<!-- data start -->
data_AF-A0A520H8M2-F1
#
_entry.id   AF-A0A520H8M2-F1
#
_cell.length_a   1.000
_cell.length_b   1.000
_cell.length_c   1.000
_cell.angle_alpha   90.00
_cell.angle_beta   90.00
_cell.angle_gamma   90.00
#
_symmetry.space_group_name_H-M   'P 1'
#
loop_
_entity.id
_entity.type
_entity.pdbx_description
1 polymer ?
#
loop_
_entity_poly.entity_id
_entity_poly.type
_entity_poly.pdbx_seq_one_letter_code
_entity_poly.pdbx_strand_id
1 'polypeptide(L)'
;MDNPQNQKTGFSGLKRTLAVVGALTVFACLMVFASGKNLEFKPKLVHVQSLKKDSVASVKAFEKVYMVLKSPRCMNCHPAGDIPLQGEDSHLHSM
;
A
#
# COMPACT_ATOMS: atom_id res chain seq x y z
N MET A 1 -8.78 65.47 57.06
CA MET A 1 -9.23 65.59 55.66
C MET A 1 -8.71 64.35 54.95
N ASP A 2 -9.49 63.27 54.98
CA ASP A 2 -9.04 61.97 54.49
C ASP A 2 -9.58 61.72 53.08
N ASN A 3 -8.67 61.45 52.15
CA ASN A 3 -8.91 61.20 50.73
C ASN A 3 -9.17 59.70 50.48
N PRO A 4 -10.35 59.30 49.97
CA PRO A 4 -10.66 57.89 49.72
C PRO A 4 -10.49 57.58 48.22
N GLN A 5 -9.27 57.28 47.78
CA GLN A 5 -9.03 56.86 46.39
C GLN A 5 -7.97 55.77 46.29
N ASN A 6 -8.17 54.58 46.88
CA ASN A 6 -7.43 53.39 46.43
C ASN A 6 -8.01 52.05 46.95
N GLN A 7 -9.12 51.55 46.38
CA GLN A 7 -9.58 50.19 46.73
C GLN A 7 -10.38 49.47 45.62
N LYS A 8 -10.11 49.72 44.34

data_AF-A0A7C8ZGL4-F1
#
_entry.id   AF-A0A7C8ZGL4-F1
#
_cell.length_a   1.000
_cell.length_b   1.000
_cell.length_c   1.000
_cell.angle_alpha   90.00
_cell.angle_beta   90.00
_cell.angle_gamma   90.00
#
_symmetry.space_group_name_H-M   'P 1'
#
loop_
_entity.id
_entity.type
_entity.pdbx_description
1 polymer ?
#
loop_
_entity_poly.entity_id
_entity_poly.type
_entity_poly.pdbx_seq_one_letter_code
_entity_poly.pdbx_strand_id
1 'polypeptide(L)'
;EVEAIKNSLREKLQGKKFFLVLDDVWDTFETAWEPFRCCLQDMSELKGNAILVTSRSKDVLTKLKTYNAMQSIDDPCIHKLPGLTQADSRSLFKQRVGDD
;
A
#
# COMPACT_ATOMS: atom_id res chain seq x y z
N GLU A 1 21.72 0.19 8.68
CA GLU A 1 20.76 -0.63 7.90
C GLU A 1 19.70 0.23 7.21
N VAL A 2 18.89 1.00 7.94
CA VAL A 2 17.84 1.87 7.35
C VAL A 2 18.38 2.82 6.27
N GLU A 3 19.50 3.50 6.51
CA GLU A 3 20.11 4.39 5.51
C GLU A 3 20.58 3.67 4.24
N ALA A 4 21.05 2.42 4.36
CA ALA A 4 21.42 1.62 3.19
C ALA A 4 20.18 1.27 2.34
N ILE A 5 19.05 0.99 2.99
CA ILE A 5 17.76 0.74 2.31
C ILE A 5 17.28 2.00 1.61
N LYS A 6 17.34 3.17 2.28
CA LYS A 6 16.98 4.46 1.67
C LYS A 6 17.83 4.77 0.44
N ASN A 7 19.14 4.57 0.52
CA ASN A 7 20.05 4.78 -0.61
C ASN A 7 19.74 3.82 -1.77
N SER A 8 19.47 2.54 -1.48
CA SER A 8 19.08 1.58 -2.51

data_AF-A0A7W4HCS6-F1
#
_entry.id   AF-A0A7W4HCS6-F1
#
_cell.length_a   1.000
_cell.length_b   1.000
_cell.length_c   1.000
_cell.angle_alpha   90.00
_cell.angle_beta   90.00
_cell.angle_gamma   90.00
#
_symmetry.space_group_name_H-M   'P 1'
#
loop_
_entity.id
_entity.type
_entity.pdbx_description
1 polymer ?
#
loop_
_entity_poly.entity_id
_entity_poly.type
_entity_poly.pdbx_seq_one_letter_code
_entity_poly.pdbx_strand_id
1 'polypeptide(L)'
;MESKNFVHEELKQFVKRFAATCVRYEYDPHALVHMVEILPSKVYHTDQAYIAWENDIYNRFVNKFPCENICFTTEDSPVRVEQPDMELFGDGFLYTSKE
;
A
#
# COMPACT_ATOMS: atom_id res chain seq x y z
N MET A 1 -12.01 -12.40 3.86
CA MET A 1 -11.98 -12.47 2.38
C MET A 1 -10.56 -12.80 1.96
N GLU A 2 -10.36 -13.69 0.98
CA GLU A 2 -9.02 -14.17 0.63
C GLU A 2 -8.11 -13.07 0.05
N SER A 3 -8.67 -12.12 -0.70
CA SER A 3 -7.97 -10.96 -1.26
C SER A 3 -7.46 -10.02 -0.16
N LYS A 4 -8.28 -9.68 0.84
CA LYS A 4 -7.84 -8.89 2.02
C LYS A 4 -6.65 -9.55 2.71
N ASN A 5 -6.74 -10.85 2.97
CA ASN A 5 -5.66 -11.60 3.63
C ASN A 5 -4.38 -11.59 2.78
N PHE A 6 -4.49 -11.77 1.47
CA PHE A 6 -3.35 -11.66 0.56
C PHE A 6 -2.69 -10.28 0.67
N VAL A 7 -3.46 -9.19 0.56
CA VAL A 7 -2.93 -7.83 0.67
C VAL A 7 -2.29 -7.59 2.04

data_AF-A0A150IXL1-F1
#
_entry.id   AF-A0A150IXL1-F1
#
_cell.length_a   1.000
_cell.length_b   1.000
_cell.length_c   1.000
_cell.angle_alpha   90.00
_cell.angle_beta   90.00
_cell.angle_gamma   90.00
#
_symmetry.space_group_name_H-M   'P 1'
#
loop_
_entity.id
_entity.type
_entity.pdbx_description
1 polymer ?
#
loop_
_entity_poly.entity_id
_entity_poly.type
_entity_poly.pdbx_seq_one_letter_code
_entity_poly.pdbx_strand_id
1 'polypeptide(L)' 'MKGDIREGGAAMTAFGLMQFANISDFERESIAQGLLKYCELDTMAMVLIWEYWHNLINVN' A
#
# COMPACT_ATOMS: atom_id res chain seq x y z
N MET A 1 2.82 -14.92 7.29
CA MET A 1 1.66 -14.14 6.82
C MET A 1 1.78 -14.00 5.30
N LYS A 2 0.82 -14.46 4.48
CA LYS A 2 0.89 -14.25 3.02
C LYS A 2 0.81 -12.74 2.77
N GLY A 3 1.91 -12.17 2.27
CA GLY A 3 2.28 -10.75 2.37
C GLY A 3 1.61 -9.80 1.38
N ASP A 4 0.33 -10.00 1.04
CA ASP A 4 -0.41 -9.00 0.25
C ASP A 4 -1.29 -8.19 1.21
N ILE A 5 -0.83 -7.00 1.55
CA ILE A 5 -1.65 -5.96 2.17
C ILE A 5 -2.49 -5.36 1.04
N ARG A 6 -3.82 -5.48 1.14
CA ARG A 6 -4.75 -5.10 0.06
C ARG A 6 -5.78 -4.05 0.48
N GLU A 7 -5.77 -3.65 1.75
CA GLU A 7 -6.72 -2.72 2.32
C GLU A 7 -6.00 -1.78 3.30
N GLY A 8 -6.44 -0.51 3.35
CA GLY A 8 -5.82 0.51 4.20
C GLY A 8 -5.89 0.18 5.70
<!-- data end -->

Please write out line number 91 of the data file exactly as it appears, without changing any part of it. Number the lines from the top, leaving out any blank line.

C GLU A 3 20.58 3.67 4.24